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In selected cases, before radical prostatectomy, lymph nodes near the prostate gland will be removed and evaluated to determine if the prostate cancer has spread.
do lymph nodes have to do with cancer?
Lymph is a clear fluid circulating throughout the body. Filled with infection-fighting cells, lymph carries foreign bodies, including impurities, germs and cancer cells, away from internal organs. Lymph vessels transport the lymph from organs to lymph nodes, bean-shaped collections of infection-fighting cells, which filter and capture the foreign bodies. Lymph vessels then transport the filtered lymph back into the bloodstream.
Lymph vessels in the pelvis are responsible for carrying foreign bodies away from the prostate gland. If prostate cancer has spread outside the prostate gland, one of the first places it may travel is to lymph nodes in the pelvis.
radical retropubic prostatectomy
In selected cases, lymph nodes are removed as one of the first steps in a radical retropubic prostatectomy. The surgeon makes an incision in the lower abdomen, from the pubic bone to the navel. Before reaching the prostate gland, the surgeon removes a small amount of tissue on either side of the bladder. The tissue, which contains lymph nodes, is immediately examined by a pathologist, a doctor who specializes in identifying diseases by noting changes in organs, tissues and fluids. The pathologist examines the tissue under a microscope to see if the lymph nodes are cancer-free. If no cancer is found, then the operation continues.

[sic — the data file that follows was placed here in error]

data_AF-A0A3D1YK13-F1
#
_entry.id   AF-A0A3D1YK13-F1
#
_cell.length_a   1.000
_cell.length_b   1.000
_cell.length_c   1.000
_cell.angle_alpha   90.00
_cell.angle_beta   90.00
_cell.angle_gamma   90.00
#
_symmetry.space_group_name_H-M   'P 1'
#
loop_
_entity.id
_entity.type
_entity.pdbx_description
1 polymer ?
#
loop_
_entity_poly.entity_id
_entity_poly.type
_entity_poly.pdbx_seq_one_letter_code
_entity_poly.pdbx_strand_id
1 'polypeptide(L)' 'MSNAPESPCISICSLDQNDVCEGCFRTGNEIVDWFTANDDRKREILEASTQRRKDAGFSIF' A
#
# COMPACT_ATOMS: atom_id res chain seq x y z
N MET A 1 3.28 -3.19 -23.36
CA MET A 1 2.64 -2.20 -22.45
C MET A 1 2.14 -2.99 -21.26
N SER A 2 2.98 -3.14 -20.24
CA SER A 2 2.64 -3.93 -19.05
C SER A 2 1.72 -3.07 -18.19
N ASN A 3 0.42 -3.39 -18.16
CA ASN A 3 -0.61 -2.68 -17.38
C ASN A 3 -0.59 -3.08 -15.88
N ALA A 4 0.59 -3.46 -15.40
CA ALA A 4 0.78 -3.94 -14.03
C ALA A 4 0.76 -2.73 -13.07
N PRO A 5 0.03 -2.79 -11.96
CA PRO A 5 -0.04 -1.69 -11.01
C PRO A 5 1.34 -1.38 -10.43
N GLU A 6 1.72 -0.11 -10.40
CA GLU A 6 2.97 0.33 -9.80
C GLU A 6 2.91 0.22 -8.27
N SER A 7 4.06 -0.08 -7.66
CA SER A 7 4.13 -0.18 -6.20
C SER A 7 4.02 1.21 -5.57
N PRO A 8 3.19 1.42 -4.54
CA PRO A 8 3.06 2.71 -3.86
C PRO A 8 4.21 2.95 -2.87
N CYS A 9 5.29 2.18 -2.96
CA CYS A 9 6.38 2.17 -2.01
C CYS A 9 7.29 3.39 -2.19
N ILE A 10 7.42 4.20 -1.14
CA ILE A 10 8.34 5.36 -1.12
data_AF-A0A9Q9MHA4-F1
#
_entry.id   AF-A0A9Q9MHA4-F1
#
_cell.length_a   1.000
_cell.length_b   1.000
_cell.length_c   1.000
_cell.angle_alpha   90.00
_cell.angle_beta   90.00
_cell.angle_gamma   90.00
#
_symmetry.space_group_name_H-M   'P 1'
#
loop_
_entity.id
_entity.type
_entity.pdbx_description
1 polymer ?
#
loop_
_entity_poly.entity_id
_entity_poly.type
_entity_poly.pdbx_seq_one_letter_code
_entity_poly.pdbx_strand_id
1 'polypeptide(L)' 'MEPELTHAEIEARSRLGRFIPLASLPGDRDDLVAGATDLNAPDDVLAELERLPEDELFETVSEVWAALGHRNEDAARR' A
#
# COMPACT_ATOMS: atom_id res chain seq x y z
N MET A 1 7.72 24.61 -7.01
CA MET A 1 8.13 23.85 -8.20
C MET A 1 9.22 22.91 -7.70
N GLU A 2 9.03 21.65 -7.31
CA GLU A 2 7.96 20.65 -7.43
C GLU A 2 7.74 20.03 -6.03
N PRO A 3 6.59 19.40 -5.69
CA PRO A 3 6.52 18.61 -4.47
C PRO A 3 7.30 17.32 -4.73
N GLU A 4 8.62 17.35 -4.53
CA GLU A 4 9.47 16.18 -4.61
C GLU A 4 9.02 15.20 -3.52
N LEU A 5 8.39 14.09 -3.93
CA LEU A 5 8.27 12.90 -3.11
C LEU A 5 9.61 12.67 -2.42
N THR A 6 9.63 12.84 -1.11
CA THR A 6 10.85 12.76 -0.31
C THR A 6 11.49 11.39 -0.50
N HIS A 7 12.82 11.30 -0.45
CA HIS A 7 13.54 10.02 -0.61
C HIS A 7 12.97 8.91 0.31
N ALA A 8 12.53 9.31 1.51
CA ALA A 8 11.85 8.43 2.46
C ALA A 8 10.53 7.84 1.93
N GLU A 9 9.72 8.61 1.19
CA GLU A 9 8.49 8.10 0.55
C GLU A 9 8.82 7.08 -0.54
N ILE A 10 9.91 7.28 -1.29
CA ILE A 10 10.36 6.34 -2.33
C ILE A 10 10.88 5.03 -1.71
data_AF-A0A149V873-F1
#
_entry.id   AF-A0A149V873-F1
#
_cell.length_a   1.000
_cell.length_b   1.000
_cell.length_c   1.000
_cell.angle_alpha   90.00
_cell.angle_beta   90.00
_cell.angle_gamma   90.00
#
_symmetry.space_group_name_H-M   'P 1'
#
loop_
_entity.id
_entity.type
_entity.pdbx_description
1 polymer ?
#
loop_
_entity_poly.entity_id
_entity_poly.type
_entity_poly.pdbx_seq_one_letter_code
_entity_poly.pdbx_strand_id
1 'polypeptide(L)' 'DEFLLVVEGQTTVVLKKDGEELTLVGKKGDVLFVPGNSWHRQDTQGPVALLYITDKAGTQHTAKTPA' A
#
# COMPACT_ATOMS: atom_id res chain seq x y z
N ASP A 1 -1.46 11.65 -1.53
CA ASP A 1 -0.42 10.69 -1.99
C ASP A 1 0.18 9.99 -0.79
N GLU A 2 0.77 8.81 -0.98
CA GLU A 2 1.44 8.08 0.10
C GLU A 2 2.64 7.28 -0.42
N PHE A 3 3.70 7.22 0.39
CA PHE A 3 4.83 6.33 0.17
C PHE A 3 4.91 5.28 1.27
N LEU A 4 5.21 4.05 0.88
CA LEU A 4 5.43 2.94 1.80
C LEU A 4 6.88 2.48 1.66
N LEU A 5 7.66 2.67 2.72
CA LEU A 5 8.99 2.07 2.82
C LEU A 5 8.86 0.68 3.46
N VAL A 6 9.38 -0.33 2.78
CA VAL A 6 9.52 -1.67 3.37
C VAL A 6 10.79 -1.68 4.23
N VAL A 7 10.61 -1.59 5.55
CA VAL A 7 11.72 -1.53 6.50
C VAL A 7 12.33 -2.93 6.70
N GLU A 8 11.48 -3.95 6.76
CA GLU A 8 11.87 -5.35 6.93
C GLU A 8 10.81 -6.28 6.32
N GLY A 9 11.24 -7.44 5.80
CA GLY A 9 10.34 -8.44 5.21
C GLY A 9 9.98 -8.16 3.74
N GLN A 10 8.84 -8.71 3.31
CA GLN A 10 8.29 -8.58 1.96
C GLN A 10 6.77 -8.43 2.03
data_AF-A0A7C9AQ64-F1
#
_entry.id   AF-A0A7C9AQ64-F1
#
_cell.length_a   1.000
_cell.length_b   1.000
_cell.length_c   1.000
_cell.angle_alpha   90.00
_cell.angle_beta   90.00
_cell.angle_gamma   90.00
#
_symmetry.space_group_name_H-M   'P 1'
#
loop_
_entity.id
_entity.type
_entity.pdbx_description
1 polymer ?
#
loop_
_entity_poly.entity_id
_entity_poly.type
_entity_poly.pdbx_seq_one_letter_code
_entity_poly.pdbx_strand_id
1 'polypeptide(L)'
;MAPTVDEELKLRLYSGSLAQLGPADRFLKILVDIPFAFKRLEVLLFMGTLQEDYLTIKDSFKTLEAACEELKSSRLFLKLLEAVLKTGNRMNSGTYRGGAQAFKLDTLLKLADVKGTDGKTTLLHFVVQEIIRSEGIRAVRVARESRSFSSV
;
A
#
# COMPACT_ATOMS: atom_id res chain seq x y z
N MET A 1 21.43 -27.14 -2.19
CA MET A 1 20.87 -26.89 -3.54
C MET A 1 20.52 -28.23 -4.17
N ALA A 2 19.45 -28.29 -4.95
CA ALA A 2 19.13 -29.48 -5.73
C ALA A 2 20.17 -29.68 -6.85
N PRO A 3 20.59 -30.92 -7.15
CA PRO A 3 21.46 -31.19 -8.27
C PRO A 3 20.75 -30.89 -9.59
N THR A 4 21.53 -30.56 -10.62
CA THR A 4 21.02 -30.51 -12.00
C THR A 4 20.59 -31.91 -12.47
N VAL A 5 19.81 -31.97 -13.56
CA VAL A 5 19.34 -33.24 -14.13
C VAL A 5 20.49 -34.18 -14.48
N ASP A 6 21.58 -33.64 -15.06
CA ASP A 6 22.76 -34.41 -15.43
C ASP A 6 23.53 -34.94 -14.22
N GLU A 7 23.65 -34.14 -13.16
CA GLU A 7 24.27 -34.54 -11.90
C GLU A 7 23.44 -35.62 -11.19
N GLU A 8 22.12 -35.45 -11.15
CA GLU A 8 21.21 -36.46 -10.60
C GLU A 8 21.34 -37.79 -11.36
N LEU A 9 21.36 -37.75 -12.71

The Prostate Cancer pages of this website are part of the Comprehensive Prostate Cancer Awareness Program (CPCAP), a major regional effort to reduce the rates of death and illness caused by prostate cancer in southwestern Pennsylvania. Funding for CPCAP is provided by a grant from the Commonwealth of Pennsylvania.